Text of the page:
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Two pilots and nine stewards and stewardesses have all been put in quarantine for 21 days. As per the report, the virus was first identified in one steward when staff were tested after landing on Sunday evening.

A BA insider told the Daily Mail: “One of them had it, so they impounded the whole crew. Now they have got to spend 21 days in quarantine.

“Everyone has been told not to talk about it – but it’s all everyone is talking about.”

The flight is on British Airways’ flagship London to Sydney route, which goes via Singapore.

The crew are believed to have completed the outward journey and had a 24-hour stopover in the Australian city.

The positive test reportedly came when they were on their way back to the UK.

A BA spokesman said: “We’re working closely with the Singapore Health Authorities and have offered assistance with any information they require.”

It comes as the UK Health Security Agency advised that thousands of men at high risk of getting monkeypox should be offered a vaccine.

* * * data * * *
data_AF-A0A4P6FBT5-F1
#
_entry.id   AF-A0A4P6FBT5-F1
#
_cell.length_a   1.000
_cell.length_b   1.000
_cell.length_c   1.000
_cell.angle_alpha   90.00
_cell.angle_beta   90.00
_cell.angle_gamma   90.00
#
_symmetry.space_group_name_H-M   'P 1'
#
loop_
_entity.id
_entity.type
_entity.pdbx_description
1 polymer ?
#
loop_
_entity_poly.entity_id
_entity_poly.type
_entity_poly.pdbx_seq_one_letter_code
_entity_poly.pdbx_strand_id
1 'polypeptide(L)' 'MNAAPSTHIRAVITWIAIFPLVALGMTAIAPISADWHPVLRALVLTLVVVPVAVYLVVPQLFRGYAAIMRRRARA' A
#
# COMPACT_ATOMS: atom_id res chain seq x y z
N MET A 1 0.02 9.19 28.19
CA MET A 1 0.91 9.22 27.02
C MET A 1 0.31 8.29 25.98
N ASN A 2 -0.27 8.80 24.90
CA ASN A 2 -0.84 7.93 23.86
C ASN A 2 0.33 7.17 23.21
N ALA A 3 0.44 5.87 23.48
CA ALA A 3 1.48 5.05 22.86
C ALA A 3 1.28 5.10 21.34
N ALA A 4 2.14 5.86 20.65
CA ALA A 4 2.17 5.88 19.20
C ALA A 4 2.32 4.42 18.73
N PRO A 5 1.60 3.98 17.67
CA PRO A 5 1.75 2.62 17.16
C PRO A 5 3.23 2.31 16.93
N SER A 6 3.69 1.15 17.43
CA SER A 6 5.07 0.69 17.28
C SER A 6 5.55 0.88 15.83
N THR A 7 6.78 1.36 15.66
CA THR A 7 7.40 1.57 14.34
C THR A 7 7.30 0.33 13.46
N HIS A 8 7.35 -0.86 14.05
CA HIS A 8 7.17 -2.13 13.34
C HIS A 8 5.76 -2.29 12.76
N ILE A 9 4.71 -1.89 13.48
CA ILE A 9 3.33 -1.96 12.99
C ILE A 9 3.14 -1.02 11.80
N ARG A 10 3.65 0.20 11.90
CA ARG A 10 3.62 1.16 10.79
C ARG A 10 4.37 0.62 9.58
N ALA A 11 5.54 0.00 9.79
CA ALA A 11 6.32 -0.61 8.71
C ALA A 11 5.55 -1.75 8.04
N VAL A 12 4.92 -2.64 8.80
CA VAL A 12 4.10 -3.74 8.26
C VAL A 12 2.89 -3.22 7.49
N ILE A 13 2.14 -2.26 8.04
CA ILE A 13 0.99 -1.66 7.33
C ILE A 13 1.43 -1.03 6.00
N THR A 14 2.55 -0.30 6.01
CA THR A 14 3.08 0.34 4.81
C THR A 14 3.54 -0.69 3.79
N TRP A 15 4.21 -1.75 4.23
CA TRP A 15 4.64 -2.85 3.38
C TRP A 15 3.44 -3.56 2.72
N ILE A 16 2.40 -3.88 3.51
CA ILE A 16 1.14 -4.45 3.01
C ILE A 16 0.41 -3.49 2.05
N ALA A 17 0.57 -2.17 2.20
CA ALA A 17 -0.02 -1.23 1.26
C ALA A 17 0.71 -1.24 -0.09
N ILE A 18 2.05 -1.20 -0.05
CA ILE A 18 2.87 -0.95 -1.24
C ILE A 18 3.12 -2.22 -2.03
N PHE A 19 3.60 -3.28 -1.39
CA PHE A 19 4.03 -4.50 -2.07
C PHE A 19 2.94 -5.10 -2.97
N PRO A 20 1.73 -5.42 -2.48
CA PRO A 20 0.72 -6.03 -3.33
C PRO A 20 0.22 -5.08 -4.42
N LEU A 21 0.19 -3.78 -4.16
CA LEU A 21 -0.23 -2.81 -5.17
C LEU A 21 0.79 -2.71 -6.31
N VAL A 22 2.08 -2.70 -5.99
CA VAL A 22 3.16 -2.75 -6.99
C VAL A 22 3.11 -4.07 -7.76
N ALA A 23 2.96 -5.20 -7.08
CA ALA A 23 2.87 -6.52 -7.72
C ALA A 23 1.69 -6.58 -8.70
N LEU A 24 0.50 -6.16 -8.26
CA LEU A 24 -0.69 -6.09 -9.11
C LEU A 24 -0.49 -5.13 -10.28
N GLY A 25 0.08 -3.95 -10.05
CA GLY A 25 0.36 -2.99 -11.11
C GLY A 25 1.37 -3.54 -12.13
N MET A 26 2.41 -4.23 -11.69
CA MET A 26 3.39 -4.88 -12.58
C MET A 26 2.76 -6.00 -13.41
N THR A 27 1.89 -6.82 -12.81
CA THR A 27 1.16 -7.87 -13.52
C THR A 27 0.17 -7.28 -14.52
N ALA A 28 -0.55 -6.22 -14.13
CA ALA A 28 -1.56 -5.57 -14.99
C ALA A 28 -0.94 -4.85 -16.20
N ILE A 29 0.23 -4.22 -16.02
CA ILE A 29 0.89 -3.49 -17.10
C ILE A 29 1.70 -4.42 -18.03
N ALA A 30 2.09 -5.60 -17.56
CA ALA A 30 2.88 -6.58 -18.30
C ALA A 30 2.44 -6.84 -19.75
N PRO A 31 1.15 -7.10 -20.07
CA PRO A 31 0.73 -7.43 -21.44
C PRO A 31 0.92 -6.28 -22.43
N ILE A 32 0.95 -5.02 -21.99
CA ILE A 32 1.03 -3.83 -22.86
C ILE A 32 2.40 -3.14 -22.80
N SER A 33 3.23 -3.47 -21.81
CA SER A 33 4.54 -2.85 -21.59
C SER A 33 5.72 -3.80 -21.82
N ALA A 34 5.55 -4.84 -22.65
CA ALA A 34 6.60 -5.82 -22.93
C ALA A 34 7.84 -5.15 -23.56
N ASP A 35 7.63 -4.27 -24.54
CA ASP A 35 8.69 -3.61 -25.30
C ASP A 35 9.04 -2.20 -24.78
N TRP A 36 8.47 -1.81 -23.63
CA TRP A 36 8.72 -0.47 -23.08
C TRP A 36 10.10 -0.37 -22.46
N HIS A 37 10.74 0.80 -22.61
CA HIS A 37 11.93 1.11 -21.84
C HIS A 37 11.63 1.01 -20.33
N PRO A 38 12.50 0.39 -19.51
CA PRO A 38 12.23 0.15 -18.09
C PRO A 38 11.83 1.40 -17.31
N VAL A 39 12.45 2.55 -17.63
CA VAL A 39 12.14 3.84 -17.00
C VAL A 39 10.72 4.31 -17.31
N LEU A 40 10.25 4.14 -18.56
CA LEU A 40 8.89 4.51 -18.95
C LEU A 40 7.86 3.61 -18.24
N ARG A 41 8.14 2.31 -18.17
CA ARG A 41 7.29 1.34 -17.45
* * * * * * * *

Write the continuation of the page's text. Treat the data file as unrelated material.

Dr Mary Ramsay, Head of Immunisation at UKHSA, said: “Our extensive contact tracing work has helped to limit the spread of the monkeypox virus, but we are continuing to see a notable proportion of cases in gay, bisexual and other men who have sex with men.

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The virus is not currently defined as a sexually transmitted infection, but it can be passed on by close and intimate contact that occurs during sex.

In response, the UKHSA vaccination strategy recommends offering the smallpox vaccine Imvanex, which is shown to be effective against monkeypox, to men considered to be at higher risk of exposure.

The strategy is endorsed by the Joint Committee on Vaccination and Immunisation (JCVI), which was consulted on the eligibility criteria for the vaccine.